As we approached Lochearnhead I became increasingly conscious of another runner nearing me and he drew alongside as we crossed the bridge. Mustering up some words of encouragement for him he told me that him and the runner in front had gone the wrong way just before Strathyre and were trying to claw back positions. This meant I was still in good positioning and perhaps still in with a shout of a top 10 finish perking up my spirits a little at a tough stage in the run. Despite being slower than both (they had clearly covered more ground than me with their misdirection) I actually managed to latch onto the two guys as they hunted down the guy one place ahead of me who had stubbornly maintained the gap between us.
At this stage no amount of position maths, split analysis or post race meal planning was going to detract from the fact that ‘that hill’ was now here. It started much steeper than I remembered it when I told Lisa to walk one set of poles and jog the next. Race mode on there was no way I could walk it though…. was there? It was touch and go but I was glad of the company at this point and actually closed the gap on the two ‘lost boy’ runners on the climb as we hair-pinned our way up the hill. Under two minutes of running I later found out thanks to Strava segments that I had reached the summit only 4 seconds slower than The Boy who was probably now close to the finish line 🙂
As the lost boys stopped to hydrate I carried on in pursuit of finish line safe in the knowledge the net elevation was very much downhill for the last few miles. It didn’t take them long to pass me again and within a mile I was again chasing them down. At this point I expected the downhill to help pull me towards the finish but it never really felt that I was running on anything other than flat as the drop stretches over a much greater distance than the short but brutal climb. During the time there were 3 runners in sight but each was running well and I was struggling after the effects of the previous 10 and a bit miles.
Approaching the home straight I was pleased to meet the Bella girls running in the opposite direction en mass toward ‘That Hill’. With some mutual ‘mon the bella’ shouts of encouragement exchanged they definitely looked to be enjoying the run much more than me but I was pleased to hear that I was possibly in around 10th place by their reckoning whilst ‘The Boy’ had not got lost and was apparently looking good for the win.
Gritting my teeth I tried to pull onto the shoulder of one of the ‘lost boys’ several times in the final cruelly undulating section of the route but he was able to respond strongly each time so I convinced myself I should be gracious and let him keep at least one spot after his additional yardage early on. Chasing other runners definitely pulled me home to a quicker time than I would if I had become detached and running solo meaning I was able to maintain and regain a decent pace on the approach to and descent from ‘that hill’.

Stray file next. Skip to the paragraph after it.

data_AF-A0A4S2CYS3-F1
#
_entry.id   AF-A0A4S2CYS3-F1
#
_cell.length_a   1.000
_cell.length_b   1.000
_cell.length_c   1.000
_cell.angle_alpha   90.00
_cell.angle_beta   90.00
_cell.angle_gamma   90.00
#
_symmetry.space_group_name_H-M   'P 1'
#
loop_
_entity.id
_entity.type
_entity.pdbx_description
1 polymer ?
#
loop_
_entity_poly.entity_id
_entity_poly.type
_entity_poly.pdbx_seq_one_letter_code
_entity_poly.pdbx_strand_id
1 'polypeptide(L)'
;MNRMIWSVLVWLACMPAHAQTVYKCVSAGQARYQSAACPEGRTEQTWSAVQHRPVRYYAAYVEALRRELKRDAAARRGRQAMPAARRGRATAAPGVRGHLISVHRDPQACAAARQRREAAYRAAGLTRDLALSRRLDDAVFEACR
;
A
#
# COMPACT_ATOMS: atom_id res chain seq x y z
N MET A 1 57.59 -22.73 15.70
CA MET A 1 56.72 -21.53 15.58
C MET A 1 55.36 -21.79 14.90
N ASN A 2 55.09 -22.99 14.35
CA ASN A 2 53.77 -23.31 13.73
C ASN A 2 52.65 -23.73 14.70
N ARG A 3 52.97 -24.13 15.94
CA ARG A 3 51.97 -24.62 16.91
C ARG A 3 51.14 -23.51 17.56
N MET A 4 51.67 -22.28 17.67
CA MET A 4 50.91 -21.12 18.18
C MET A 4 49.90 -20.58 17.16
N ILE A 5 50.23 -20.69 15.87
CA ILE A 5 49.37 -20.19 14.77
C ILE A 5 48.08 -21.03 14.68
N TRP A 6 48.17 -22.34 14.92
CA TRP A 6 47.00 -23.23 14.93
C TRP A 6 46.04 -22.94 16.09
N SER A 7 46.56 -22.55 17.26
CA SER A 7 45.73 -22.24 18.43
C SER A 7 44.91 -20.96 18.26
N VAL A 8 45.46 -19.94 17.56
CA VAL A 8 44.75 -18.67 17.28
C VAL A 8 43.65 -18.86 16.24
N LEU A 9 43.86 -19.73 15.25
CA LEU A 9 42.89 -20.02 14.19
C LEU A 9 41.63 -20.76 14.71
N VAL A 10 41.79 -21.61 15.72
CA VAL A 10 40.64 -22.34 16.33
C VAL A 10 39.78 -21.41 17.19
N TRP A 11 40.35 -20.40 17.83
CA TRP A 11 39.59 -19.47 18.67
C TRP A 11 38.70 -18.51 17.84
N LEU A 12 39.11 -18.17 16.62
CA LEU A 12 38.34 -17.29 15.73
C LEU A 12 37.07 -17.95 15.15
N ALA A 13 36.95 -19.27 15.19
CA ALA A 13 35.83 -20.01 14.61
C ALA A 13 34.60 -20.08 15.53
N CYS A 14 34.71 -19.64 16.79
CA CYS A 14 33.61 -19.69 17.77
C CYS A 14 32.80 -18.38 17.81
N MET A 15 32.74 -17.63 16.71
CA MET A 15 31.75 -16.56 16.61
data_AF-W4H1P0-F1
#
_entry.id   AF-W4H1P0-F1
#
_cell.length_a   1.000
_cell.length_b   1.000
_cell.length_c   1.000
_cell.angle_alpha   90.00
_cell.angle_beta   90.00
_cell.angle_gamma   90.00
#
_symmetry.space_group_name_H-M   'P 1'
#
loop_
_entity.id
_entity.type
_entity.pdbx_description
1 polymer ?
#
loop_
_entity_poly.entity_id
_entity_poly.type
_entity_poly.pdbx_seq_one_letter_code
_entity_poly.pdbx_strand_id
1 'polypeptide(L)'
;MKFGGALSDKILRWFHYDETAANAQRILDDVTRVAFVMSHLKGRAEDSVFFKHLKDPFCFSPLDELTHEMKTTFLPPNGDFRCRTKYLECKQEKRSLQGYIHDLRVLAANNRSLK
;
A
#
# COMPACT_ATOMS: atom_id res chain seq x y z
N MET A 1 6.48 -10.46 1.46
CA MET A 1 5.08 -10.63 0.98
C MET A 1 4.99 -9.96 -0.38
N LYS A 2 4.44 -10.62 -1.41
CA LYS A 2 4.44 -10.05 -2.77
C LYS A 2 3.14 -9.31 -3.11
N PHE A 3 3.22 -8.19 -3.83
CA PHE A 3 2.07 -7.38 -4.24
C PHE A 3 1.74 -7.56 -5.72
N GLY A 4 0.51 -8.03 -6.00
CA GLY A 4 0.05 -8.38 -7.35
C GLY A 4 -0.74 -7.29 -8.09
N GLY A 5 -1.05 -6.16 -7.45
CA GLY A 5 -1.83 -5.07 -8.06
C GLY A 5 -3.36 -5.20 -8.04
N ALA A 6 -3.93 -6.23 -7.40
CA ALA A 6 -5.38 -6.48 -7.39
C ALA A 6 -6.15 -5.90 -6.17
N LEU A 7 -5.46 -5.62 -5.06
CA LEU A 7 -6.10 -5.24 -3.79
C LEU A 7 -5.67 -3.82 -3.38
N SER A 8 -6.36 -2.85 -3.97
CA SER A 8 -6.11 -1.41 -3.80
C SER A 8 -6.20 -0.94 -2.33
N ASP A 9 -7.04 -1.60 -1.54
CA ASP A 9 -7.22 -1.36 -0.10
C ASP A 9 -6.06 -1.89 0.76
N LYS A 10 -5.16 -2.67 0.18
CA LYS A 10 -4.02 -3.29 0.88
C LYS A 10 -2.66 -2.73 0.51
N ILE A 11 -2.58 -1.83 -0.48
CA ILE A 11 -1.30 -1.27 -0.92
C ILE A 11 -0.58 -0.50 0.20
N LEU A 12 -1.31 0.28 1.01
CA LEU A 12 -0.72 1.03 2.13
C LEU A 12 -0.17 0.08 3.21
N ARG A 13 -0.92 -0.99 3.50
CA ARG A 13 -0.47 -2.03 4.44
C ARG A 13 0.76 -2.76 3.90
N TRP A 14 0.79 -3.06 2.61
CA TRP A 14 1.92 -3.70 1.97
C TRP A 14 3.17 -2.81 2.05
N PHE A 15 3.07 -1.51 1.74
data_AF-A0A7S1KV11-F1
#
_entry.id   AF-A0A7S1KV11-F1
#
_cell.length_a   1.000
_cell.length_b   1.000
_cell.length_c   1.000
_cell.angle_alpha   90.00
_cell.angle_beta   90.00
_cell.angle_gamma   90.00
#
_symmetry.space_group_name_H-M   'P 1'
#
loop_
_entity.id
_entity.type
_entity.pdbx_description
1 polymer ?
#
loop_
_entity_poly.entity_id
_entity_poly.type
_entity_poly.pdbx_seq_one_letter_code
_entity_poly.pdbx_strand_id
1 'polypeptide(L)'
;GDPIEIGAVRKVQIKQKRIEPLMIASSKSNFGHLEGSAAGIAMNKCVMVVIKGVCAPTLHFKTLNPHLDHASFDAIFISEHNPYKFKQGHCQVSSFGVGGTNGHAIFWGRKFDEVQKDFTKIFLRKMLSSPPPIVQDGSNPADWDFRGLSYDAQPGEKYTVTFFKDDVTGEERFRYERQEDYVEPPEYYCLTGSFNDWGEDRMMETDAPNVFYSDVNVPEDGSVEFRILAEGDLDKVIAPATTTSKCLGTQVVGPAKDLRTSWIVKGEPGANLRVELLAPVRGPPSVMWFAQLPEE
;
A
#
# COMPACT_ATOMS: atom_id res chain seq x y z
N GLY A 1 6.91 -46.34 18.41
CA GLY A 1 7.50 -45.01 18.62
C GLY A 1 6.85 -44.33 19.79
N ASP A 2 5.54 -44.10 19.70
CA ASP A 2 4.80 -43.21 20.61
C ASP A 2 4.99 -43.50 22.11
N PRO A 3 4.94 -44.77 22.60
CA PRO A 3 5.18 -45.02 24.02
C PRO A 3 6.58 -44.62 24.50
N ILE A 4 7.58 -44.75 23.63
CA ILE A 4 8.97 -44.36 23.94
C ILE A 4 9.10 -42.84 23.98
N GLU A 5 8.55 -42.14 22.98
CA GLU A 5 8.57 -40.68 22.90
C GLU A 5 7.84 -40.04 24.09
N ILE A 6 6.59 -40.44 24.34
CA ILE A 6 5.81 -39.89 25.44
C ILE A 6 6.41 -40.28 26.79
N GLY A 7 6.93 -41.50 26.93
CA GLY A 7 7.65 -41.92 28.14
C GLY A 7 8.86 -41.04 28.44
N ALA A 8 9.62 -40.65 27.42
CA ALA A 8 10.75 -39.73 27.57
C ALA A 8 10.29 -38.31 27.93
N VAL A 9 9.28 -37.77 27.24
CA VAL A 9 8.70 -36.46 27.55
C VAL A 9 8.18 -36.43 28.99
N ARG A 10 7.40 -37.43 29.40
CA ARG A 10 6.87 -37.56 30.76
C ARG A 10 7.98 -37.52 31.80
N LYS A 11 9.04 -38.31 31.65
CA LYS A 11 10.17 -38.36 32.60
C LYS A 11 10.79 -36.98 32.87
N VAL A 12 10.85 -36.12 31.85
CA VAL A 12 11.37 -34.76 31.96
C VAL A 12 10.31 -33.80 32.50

By my reckoning before ‘that hill’ I had built up about a 90 second buffer for a sub 1:30 (which would have been my first official time under the 90 minute marker after the Great Scottish Run 2016 episode) so I was a little bit disappointed to pass the 2km to go sign on 1:23 giving me next to no realistic chance of dipping below 90. It was still good to stretch the legs though as the final section of the route passed through the woods just outside Kingshouse again. With a chunky half mile post 13 mile marker this was a tad over the official half distance (in any other business we would call this ‘extra free’) making the 90 minute marker a bridge too far this time around.
Exiting the wood with 200 metres to go and roared on by super-supporter Kirsty Cochrane I managed one last kick and almost gained a place. It wasn’t to be though leaving my top 10 finish in jeopardy after crossing the line in a time of 1:32:20.
At this stage my plan had been to collect my race position token from StuWeb van, change into warm clothes and then get some food but as usual this all went out the window when I noticed the proximity of the post race refreshment tent. My cool down therefore involved a welcome complimentary Mhor 84 beer and having a good chuckle at The Boy doing a professional cool down. I was please to hear The Boy had picked up the win and was pleased with his run. He reminded me about getting my official timing print out. Confirming my time I was slightly disappointed to get a placing of 12th after gunning hard for a top 10 but The Boy told me that some half marathon runners had done the 10k and were appearing in the half results meaning the final results might change.
So does Run Mhor deliver? In one word absolutely.
This was a great, but tough, event. I ran hard and thankfully my marathon training seems to have me in better shape for the half than I have been before. Measuring 13.5 miles officially with over 200m of ascent it wouldn’t be too unrealistic to think that I could run 5 minutes quicker on a flat course. But that wasn’t what yesterday was about. It was about finding another intimate race in a new part of Scotland to add to our list of must-do running experiences and Run Mhor is really an event to watch as it will surely grow in popularity again next year. The scenery above everything else is what makes this one.
Will we back? 100%
Would I recommend it to others? As long as they won’t make it harder for me to get in the top 10 – 100%
Oh and one last thing – when the final results were published there I was sitting pretty in 8th place. Absolutely delighted.
Runbetweeners 1st and 8th. Now to get the organisers to instigate a team prize next year 🙂
As always thanks to the race organisers and marshals for giving up their time so we could enjoy our run.